thus contributing to the oxidative damage in preeclampsia. We therefore hypothesize that the reduced levels of IDO in an IDO knockout mouse model recapitulates essential phenotypes of human preeclampsia.
Materials and Methods
Generation of the IDO‐KO mouse model
IDO‐KO mice were generated utilizing Cre‐Lox recombination. The endogenous mouse IDO gene has 10 exons, spanning 15 Kb. The translation start code is located in exon 1 and the stop codon is located in exon 10. To generate the KO mice, a 5 Kb fragment was amplified, containing exon 1, as the long arm (LA) or the upstream homology, and a 1 Kb fragment, downstream from exon 10 as the short arm (SA) or the downstream homology. The total homologies were 6 Kb and the deleted region after homologous recombination is 11.7 Kb. As shown in Figure 1A, the majority of the coding region was deleted in the KO allele with 375 of 408 amino acids being deleted from the protein. Exon 1 was the only intact exon, and it codes for 33 amino acids. Both fragments were subcloned into pOSdupdel, with a Neo gene in the opposite orientation. Targeted embryonic stem (ES) cells were screened with PCR using the following three primers: F1: AAATGAGTTGTGAAACCAATCATGG, R1: AAAGAGGAGCTGGAGGACT AATGG, and F2: TGTCTGTTGTGCCCAGTCATAGC. F1‐R1 amplifies a band of 1401 bp from the wild‐type allele, whereas F2‐R1 amplifies a band of 1807 bp from the KO allele. Positive ES clones were obtained and one was used to generate chimeras and subsequently allow germline transmission. Mice are genotyped using the following three primers: CL108F1, 5′ ATTGTTTGCCAGCCTTAGCA 3′, CL108F2: 5′ GGAGAGGCTTTTTGCTTCCT 3′, and CL108R: 5′ CCCCAGAGAGGGTGTCTGTA 3′. These primers yield the WT allele of 345 bp and the KO allele of 441 bp. Mice were backcrossed 12 generations onto the C57BL/6 background.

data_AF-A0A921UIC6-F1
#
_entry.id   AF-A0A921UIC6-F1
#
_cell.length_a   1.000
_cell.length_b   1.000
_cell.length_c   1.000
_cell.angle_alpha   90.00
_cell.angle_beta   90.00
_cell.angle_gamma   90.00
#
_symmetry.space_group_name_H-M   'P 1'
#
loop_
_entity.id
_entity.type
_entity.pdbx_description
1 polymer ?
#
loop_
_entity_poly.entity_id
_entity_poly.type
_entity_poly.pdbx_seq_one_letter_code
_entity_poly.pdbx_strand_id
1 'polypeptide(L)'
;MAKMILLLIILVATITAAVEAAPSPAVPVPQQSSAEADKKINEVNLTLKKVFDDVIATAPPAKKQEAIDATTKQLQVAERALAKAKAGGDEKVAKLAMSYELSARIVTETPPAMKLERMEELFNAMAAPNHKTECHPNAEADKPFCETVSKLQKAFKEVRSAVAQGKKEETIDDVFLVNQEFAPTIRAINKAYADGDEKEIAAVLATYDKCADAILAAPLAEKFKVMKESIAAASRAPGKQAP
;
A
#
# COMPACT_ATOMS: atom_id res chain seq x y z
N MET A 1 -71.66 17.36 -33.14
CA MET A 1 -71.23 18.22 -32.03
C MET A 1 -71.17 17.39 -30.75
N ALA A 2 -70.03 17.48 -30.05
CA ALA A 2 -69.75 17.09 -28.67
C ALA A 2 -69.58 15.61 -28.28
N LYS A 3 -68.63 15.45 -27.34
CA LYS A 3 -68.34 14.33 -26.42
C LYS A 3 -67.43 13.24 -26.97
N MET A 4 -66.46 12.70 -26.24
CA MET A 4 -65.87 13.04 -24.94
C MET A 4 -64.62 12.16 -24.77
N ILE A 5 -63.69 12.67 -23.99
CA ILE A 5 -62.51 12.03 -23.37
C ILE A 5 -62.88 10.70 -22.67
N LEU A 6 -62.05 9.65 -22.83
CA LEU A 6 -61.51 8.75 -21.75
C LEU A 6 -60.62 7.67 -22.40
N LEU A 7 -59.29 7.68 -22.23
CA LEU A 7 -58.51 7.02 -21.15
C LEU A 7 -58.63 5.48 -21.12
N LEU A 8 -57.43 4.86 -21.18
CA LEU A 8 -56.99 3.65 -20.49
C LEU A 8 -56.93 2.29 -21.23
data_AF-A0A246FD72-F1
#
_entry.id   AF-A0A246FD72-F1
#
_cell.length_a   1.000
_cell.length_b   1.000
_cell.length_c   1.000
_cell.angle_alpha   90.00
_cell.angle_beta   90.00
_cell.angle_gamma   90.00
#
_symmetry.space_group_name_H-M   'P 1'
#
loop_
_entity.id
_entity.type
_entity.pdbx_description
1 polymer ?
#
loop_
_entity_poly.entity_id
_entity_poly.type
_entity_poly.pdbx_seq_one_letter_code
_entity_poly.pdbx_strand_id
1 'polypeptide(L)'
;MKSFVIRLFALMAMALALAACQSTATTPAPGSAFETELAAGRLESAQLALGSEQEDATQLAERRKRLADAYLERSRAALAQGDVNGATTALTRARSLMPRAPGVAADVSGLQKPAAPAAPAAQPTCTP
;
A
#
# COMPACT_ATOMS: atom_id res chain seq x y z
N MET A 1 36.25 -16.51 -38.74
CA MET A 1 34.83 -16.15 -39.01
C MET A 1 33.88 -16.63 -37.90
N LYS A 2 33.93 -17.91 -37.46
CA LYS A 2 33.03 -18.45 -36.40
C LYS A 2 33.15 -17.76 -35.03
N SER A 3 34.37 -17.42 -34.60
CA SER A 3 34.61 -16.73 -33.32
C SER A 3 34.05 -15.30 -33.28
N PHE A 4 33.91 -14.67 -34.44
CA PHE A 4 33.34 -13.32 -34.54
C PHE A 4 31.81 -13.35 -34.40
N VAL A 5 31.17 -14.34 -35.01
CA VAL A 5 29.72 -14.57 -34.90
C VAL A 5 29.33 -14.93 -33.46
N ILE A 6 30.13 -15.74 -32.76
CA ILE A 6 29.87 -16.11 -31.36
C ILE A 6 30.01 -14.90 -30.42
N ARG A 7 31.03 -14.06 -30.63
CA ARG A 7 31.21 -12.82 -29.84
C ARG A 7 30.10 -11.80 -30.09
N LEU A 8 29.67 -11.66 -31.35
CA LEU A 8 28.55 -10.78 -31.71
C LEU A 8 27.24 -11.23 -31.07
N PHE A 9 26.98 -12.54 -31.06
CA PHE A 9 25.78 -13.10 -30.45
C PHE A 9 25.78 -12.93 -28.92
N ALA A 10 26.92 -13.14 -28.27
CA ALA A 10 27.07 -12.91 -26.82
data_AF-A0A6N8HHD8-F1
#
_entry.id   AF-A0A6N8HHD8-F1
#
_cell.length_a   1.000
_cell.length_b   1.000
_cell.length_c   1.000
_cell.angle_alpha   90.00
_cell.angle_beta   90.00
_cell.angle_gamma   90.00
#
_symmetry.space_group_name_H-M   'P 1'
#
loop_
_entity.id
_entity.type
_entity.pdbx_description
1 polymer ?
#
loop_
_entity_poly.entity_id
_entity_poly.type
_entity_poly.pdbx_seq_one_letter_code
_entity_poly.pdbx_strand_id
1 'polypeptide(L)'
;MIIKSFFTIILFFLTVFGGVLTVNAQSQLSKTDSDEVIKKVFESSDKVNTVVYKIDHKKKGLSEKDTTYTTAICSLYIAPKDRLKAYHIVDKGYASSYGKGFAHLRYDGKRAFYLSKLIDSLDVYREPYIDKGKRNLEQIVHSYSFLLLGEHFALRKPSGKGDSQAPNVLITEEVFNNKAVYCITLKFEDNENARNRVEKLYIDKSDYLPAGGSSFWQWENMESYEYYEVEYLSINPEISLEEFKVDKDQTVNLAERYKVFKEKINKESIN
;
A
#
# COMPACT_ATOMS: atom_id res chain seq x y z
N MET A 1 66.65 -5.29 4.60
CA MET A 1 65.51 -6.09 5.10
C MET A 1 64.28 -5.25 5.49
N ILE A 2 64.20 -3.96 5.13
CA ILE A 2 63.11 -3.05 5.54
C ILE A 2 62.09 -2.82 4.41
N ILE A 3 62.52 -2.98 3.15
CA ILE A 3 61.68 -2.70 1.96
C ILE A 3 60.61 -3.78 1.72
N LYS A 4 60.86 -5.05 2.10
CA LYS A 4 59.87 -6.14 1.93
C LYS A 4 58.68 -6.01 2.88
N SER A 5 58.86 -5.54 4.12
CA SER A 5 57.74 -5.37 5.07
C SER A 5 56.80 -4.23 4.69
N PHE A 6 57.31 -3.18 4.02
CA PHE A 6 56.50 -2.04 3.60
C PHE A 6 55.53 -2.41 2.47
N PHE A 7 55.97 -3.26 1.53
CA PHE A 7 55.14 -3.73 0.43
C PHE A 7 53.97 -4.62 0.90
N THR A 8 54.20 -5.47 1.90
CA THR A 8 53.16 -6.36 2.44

Female mice from 3 to 6 months of age were mated with corresponding, age‐matched syngeneic males (“control” pregnancies = C57BL/6 male × C57BL/6 female, whereas “IDO‐KO” pregnancies represent IDO‐KO male × IDO‐KO female). Gestational day (GD) 0.5 was defined as the day a vaginal plug was detected.
Blood pressure telemetry
Telemeters (Data Science International, St. Paul, MN) were implanted in a subset of female mice using our previously published methodology (Lavoie et al. 2006). In pregnant mice, telemeters were implanted at GD7 in C57BL/6 and IDO‐KO dams. Data from the telemeters were recorded for 30 sec every 5 min from GD8 through GD17. A cohort of nonpregnant C57BL/6 females was also implanted with telemeters and pressures were recorded after implantation and recovery, during the same time period as the pregnant cohort. For implantation, mice were anesthetized with ketamine/xylazine (87.5 mg and 12.5 mg/kg); the catheter was placed into the left common carotid artery, and the transmitter was placed subcutaneously along the left flank. Data were collected and stored using Dataquest A.R.T. (Data Science International, St. Paul, MN).
24‐h urine protein concentration measurement
On GD17, all pregnant dams were placed into single‐mouse‐sized metabolic chambers (Nalgene) to collect urine for 24 h. The urine collection cup was suspended in ice throughout the time of urine collection to retard protein degradation. At 24 h, the urine was collected, the volume was measured, and then it was flash frozen in liquid nitrogen for future total protein concentration measurement. Total protein measurement was performed according to the manufacturer's protocol utilizing a commercially available bicinchoninic acid (BCA) colorimetric total protein assay kit (Thermo Scientific, Rockford, IL).
Necropsy and kidney histology
All dams were killed using a lethal dose of intraperitoneal phenobarbital (50 mg/mouse) at GD18. The total number and masses of individual fetuses were recorded. Maternal kidneys were collected for histology. A subset of kidneys were immersion fixed in 10% neutral‐buffered formalin for light microscopy, whereas others were sectioned fresh into 1‐mm slices and immersed in 2.5% EM grade glutaraldehyde in 0.1 mol/L cacodylate buffer for approximately 48–72 h. Formalin‐fixed kidney samples were routinely processed, embedded in paraffin, and sectioned at 4 μm thickness. Routine hematoxylin and eosin stains were performed as well as methenamine Periodic acid‐Schiff (PAS) to assess glomerular basement membrane thickness. Gluteraldehyde‐fixed kidney samples were processed using a Leica EM AMW autoprocessor and embedding in epoxy resin. 1 μm thick sections were cut with a Leica EM UC6 ultramicrotome, stained with toluidine blue and examined under a light microscope. Thin sections were cut from blocks and placed on nickel grids. These were then stained with 5% uranyl acetate and lead citrate for contrasting and viewed using a JEOL JEM‐1011 transmission electron microscope. All kidney processing and histology was performed by Comparative Pathology staff as previously (Santillan et al. 2014).